Sugarcrops offer production alternatives to food, such as livestock feed, fibre and energy, particularly biofuels (sugar-based ethanol)
and/or co-generation of electricity (cane bagasse). Sugarcane is generally regarded as one of the most significant and efficient sources
of biomass for biofuel production. Stronger linkages between world sugar and oil prices have emerged, driven in part by the relationships
between sugar as the primary ethanol feedstock in Brazil, the world’s dominant producer of sugarcane-based ethanol in the world.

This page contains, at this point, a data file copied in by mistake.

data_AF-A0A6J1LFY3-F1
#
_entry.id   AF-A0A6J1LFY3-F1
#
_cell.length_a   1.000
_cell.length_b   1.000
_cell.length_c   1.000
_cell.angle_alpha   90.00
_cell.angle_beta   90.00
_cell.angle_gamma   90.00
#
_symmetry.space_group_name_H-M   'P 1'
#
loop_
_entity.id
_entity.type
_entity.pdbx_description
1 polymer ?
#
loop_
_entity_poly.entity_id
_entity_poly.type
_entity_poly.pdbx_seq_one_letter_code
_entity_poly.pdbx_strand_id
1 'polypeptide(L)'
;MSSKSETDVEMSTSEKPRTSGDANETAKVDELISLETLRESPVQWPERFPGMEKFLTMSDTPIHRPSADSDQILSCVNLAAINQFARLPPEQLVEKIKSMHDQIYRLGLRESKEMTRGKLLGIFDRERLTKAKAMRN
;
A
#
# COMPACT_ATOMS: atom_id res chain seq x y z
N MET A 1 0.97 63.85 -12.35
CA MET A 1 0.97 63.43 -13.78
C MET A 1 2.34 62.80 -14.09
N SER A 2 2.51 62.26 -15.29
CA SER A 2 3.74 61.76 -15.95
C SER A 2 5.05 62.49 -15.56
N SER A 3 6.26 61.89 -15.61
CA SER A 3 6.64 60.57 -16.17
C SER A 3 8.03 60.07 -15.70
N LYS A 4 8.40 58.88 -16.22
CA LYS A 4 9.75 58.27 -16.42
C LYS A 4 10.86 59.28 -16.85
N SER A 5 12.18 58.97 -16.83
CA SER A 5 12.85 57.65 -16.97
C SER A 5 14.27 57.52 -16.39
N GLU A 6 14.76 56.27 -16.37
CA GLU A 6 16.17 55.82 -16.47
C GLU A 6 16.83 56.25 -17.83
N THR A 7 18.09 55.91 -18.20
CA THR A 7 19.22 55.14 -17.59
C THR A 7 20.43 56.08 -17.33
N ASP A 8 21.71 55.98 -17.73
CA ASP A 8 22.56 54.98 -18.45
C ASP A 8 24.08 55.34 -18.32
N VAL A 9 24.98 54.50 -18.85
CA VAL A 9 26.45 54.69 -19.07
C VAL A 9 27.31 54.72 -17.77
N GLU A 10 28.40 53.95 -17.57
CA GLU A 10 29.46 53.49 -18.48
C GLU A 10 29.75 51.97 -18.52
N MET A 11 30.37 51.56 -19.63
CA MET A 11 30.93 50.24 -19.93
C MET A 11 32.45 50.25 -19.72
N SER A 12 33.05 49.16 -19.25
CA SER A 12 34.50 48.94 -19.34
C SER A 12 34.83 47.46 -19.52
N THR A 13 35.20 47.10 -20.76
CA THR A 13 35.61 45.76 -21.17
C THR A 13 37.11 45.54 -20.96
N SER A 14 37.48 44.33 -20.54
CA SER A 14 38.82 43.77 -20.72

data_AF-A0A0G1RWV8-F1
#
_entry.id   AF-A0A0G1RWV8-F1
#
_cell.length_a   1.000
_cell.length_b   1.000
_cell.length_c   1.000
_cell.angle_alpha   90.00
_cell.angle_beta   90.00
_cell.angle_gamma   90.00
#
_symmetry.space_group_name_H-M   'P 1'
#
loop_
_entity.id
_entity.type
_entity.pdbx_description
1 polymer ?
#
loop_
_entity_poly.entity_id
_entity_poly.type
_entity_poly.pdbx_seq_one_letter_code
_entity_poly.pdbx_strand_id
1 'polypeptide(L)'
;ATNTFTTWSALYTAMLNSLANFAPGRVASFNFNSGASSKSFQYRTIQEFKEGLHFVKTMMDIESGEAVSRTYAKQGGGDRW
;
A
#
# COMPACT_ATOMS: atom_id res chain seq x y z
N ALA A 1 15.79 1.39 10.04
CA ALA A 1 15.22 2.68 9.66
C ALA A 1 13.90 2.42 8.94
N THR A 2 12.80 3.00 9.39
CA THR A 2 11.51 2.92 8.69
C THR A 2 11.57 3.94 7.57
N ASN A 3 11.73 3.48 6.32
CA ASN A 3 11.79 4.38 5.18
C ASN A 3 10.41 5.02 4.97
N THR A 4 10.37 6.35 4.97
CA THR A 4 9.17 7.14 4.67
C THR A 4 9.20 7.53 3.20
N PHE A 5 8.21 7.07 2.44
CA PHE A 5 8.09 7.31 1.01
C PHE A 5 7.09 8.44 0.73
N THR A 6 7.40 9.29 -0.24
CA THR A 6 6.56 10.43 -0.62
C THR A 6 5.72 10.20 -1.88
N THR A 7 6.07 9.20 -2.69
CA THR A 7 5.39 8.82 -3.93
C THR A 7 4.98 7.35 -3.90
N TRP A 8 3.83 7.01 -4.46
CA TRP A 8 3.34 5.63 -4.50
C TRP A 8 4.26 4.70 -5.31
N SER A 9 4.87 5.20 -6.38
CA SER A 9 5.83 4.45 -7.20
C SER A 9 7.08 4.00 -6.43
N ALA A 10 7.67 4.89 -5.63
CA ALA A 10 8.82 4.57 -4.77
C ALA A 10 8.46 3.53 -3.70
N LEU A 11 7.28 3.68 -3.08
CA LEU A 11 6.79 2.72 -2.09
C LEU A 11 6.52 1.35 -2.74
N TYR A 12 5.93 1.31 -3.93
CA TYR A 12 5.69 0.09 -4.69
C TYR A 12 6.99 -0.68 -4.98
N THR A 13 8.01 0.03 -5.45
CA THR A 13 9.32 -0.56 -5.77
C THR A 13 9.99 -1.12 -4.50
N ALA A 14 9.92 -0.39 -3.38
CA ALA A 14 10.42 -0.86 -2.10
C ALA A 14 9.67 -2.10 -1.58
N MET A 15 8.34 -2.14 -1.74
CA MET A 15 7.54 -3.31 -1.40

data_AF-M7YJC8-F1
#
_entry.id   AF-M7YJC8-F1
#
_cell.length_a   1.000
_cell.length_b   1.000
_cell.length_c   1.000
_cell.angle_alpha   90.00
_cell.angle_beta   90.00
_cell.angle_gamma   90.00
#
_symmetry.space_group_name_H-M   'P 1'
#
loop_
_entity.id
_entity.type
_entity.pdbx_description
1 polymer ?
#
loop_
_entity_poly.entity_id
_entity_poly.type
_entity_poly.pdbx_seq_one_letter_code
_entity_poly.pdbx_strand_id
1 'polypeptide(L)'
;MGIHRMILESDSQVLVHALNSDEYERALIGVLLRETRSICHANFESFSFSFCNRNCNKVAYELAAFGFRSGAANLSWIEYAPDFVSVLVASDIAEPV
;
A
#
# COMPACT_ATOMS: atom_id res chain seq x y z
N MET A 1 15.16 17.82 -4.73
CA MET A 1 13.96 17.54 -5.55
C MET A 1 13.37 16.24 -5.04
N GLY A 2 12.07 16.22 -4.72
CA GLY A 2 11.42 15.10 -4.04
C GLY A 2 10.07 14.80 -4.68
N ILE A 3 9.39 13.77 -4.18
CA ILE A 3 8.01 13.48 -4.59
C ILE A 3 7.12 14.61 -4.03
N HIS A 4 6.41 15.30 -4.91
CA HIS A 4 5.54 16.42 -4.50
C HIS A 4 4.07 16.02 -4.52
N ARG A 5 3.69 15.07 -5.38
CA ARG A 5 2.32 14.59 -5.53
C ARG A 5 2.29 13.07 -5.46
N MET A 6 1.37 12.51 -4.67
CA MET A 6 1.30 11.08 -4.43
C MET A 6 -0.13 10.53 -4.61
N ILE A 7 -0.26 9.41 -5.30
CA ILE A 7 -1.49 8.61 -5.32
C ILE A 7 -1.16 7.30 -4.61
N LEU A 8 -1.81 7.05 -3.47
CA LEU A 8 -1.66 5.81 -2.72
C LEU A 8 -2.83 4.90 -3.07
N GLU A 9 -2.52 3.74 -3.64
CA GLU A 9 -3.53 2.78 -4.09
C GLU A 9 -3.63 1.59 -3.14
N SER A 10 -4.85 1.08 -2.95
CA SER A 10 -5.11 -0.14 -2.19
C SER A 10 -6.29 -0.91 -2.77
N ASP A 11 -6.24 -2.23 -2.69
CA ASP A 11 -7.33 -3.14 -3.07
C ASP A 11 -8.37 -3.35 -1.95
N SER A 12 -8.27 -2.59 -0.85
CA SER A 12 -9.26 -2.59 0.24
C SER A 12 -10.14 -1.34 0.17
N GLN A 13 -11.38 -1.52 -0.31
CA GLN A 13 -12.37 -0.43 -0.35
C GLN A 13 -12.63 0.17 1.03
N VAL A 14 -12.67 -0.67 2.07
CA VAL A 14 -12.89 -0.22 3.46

A wide range of environmental and social issues are connected with sugar production and processing, and sugarcrop growers, processors,
plus energy and food companies, are seeking ways to address concerns related to sugar production, biofuels and sustainability.
Currently more than 130 countries produce either sugarcane or sugar beet, and ten of these produce sugar from both cane and beet crops.
Sugarcane, on average, accounts for about 80% of global sugar production. Production has become increasingly concentrated. In 1980 the
top ten producing countries accounted for 56% of global, whereas in 2016 the top ten accounted for 76%.
11,000 family farmers grow sugar on 2 million acres.
Sugar generates 142,000 jobs and adds $20 billion to the economy.
|North Dakota||14,324||$1.78 billion|
|New York||1,105||$292 million|